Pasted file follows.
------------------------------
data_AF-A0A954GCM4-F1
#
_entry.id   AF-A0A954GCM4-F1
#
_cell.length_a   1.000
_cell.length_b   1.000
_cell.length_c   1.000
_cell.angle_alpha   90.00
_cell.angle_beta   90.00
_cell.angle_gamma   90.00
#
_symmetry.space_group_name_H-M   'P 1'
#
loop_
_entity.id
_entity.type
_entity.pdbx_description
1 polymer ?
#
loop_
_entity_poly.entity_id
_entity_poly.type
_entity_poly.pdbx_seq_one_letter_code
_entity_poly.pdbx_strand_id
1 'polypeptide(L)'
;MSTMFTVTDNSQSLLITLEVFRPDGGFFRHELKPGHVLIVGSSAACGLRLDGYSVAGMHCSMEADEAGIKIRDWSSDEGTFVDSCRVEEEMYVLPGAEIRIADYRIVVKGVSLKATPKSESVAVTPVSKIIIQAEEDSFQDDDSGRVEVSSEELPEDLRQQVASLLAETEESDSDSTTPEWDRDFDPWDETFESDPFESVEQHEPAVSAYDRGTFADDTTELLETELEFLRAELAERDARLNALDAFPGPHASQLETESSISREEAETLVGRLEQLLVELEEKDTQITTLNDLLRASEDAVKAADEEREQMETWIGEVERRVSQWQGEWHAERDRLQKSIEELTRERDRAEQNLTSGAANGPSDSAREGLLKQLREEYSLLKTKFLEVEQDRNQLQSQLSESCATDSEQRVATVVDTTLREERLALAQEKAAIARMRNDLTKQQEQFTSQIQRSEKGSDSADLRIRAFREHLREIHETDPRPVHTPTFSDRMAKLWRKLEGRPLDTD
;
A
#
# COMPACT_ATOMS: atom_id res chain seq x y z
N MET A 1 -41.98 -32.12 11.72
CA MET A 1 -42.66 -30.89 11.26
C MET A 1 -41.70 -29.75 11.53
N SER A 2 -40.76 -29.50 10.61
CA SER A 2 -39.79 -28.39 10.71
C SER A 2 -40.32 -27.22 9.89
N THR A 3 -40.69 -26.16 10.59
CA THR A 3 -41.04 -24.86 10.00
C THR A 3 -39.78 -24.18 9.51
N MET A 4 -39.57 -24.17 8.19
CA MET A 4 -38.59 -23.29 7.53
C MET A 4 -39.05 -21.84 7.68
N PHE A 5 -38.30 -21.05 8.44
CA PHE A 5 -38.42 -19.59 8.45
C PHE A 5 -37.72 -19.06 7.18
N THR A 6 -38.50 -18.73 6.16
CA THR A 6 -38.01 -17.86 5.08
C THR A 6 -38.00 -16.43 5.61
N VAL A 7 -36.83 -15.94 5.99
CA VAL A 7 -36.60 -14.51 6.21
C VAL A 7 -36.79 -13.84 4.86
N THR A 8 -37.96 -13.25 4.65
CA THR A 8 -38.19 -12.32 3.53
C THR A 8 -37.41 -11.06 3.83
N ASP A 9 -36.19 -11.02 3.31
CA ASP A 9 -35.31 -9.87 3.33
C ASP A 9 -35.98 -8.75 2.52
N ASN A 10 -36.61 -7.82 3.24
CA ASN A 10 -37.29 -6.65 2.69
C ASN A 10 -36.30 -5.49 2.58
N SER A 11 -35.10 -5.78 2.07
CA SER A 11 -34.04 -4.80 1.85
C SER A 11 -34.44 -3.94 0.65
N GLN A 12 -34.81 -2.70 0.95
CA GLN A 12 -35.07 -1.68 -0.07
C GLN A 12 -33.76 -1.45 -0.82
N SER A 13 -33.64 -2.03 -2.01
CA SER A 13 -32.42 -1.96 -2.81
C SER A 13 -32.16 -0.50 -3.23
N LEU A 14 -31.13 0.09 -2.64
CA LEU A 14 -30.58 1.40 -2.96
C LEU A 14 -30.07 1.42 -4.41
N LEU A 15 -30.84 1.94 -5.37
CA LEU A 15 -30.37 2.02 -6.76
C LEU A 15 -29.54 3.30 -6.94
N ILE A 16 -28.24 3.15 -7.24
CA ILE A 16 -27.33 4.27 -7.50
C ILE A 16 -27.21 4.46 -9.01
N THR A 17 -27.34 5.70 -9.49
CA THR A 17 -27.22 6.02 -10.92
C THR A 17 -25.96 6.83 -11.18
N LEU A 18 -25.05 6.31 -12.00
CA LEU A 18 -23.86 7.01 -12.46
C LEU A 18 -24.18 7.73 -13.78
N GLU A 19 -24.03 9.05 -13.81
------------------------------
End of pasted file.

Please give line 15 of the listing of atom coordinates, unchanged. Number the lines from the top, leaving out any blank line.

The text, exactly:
_entity.id